Tag: Rumi

we-are-three-9780961891602I am again reading Rumi, We Are Three: Translations by Coleman Barks. Inside the back cover, I find a gift.

I had written a poem there, dated 4.21.1991, and there was also a revision on the facing page, dated 5.28.2002. I smile thinking of that saying, “A Poem is Never Finished, Only Abandoned.” Since I don’t much like the word abandoned, I reconsider.

This poem will not be abandoned, because I find myself working on another revision as my memory of that long ago day becomes vivid:

The Santa Barbara Bird Refuge

A goose stands on one leg at water’s edge;
it’s long neck stretches over a glassy sheen,
and a squat duck on one leg,
pecks under its wings.

Similarities and differences jostle
to make an imprint on my perception.
Feathers ruffle in the wind.

A silver cloud floats across the sky
like a large, slow barge.
The carnival of my mind
shuts down.

And the longing for which I yearn,
bursts into into light
like a golden swan rising up.

A Poem Journal Entry

His, “I see my beauty in you,”
becomes, I see your beauty
in me. I cannot take credit

for those divine tears
shining your eyes;
nor am I the bee
which made your honey.

You are the mirror of humanity
and the dew of longing
that we share.

 

 

 
(c) Gudrun Mouw
April 23, 2015

A Poem

SunsetPaintedCavePoets such as Gerard Manley Hopkins and Emily Dickinson have appealed to me for the metaphysical nature of their work, their innovative use of language and spirit of independence. I admire in Sylvia Plath’s poetry what has been called her “control of intolerable pain.”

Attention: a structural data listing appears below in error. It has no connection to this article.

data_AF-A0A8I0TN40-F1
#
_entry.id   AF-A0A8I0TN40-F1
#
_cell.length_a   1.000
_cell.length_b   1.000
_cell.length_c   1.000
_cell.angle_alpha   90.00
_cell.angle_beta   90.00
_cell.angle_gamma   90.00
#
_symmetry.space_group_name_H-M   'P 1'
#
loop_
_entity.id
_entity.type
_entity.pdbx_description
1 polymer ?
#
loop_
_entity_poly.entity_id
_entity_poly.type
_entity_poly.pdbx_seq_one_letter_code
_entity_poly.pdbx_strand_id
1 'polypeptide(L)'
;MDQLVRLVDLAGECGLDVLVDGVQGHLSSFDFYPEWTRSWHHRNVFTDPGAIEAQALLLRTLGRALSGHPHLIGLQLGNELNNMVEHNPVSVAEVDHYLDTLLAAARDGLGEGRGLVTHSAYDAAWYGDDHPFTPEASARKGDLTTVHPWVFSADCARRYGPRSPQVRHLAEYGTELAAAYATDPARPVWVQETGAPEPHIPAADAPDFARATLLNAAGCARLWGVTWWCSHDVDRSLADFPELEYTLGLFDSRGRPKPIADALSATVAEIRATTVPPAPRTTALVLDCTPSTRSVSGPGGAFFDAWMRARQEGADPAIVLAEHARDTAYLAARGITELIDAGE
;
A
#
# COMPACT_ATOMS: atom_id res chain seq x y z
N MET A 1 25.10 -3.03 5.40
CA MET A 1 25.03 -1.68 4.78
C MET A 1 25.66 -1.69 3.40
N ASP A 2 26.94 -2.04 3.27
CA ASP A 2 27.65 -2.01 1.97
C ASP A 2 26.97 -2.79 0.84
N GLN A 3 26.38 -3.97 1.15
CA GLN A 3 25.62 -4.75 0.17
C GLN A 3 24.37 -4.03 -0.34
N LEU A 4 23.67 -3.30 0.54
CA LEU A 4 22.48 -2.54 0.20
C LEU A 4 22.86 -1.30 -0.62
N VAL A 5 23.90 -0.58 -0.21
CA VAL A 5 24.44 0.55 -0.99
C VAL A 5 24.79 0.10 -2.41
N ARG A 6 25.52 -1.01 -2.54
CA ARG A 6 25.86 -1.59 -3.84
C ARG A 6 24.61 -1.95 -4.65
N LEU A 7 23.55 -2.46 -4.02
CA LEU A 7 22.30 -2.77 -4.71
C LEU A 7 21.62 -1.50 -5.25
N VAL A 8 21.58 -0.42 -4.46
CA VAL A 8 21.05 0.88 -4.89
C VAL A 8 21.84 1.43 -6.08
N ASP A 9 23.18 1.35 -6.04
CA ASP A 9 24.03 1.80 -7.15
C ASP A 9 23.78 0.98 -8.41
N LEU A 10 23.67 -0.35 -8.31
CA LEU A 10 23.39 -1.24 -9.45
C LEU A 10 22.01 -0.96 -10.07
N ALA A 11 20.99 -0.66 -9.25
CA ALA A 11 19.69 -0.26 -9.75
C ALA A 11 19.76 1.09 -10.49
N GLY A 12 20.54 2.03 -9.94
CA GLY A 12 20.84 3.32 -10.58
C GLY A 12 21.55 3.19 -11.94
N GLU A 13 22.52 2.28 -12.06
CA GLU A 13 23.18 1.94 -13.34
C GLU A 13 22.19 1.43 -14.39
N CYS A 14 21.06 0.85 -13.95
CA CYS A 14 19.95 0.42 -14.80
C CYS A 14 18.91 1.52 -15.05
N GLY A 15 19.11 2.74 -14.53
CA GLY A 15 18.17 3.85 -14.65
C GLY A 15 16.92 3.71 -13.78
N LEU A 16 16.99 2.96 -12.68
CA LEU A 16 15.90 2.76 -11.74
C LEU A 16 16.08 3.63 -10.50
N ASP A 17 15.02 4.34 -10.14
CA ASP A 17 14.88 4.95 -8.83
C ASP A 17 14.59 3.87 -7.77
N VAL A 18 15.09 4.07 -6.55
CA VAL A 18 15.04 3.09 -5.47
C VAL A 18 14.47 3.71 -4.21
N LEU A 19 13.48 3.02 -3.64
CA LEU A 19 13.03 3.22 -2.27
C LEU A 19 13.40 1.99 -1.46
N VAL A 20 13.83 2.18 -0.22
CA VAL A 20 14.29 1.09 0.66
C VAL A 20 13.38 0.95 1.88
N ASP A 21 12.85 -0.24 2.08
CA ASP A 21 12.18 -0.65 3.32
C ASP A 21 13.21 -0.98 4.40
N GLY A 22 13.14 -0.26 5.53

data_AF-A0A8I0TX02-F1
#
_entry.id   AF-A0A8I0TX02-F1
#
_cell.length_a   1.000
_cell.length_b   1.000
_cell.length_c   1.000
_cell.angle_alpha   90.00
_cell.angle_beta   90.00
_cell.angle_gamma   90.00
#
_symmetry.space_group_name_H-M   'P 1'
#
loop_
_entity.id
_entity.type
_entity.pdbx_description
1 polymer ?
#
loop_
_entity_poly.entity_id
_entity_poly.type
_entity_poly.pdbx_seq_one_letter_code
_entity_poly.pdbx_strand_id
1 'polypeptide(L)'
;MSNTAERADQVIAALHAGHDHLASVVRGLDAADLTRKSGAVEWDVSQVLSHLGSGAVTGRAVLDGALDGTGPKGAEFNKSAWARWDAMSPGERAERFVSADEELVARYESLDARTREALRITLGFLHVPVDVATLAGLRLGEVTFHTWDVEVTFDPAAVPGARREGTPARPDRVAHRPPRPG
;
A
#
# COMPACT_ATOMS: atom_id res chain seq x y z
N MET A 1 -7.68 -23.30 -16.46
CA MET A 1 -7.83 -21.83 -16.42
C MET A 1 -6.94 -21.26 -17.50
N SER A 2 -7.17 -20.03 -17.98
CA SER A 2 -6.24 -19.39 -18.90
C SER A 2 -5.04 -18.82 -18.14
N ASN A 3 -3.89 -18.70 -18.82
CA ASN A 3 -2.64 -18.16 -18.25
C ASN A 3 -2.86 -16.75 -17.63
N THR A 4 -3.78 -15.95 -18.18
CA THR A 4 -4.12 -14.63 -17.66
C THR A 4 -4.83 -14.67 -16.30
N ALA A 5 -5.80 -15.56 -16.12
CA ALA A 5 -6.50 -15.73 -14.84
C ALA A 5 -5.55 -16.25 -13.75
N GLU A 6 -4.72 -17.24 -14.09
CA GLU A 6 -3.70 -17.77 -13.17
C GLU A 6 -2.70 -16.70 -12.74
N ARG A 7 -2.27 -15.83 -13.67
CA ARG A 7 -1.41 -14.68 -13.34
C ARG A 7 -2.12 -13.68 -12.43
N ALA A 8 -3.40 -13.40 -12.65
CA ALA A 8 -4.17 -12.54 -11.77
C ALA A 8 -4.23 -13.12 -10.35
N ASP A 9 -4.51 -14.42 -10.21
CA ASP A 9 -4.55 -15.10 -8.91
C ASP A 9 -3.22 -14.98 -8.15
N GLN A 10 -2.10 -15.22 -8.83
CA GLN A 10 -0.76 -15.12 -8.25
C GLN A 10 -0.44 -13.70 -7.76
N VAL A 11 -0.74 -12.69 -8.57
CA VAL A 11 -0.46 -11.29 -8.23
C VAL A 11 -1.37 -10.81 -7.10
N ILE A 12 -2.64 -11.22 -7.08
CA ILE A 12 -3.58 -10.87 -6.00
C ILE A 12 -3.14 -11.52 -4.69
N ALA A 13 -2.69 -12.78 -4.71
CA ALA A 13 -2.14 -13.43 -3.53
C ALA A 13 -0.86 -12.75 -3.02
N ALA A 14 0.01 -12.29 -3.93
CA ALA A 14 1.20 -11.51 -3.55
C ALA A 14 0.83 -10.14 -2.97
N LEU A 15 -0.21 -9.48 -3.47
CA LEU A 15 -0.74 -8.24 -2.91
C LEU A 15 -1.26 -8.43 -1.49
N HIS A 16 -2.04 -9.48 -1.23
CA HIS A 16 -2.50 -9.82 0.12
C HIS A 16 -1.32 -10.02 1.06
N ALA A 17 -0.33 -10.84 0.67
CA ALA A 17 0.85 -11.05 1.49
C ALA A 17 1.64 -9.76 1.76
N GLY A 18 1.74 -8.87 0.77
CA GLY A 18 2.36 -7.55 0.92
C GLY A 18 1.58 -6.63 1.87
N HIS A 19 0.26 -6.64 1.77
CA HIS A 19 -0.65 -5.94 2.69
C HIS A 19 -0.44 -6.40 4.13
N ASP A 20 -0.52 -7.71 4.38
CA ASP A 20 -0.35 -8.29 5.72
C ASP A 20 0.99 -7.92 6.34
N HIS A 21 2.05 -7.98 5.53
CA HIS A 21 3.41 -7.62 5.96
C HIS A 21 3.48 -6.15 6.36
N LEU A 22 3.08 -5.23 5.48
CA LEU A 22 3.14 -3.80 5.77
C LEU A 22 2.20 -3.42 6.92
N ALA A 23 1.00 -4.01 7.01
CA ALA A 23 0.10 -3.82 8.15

Theodore Roethke’s grandfather was a Prussian, as was my maternal grandfather. I was born in the home of my grandparents in East Prussia, and when I met the poet Kenneth Rexroth in the 1970s, he said that my poetry was very “Prussian.” At the time, I didn’t get what he meant by that. However, when I review Roethke’s work, I am still drawn, as I was from the first, by his wry approach to nature as a great clarifying force.

Discovering the mystical poets such  as Kabir and Rumi was very exciting for me. They both have the quality of being refreshingly irreverent and, at the same time, intensely spiritual. I find that these mystical poets’ ability to describe the strange and awesome world of ecstasy to be a continuing source of inspirations.

The Process of Writing